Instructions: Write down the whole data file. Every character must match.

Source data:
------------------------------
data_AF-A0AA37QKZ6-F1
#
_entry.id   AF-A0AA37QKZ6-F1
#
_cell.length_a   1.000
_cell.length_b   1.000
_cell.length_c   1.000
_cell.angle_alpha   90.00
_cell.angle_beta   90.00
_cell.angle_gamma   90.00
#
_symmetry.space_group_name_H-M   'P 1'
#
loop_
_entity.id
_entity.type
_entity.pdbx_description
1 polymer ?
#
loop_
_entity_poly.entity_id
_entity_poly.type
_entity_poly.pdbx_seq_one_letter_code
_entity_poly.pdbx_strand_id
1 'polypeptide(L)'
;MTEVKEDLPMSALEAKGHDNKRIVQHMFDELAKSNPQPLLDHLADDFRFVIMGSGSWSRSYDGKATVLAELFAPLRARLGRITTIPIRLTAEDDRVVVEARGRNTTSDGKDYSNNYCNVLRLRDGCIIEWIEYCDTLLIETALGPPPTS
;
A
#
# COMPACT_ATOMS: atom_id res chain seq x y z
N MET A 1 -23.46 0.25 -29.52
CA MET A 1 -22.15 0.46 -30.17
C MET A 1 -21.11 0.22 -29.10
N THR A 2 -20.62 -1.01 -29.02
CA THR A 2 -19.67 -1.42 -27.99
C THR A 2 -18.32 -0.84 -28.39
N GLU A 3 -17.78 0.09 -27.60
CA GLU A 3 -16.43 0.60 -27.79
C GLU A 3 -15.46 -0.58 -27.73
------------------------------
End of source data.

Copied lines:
data_AF-A0AA37QKZ6-F1
#
_entry.id   AF-A0AA37QKZ6-F1
#
_cell.length_a   1.000
_cell.length_b   1.000
_cell.length_c   1.000
_cell.angle_alpha   90.00
_cell.angle_beta   90.00
_cell.angle_gamma   90.00
#
_symmetry.space_group_name_H-M   'P 1'
#
loop_
_entity.id
_entity.type
_entity.pdbx_description
1 polymer ?
#
loop_
_entity_poly.entity_id
_entity_poly.type
_entity_poly.pdbx_seq_one_letter_code
_entity_poly.pdbx_strand_id
1 'polypeptide(L)'
;MTEVKEDLPMSALEAKGHDNKRIVQHMFDELAKSNPQPLLDHLADDFRFVIMGSGSWSRSYDGKATVLAELFAPLRARLGRITTIPIRLTAEDDRVVVEARGRNTTSDGKDYSNNYCNVLRLRDGCIIEWIEYCDTLLIETALGPPPTS
;
A
#
# COMPACT_ATOMS: atom_id res chain seq x y z
N MET A 1 -23.46 0.25 -29.52
CA MET A 1 -22.15 0.46 -30.17
C MET A 1 -21.11 0.22 -29.10
N THR A 2 -20.62 -1.01 -29.02
CA THR A 2 -19.67 -1.42 -27.99
C THR A 2 -18.32 -0.84 -28.39
N GLU A 3 -17.78 0.09 -27.60
CA GLU A 3 -16.43 0.60 -27.79
C GLU A 3 -15.46 -0.58 -27.73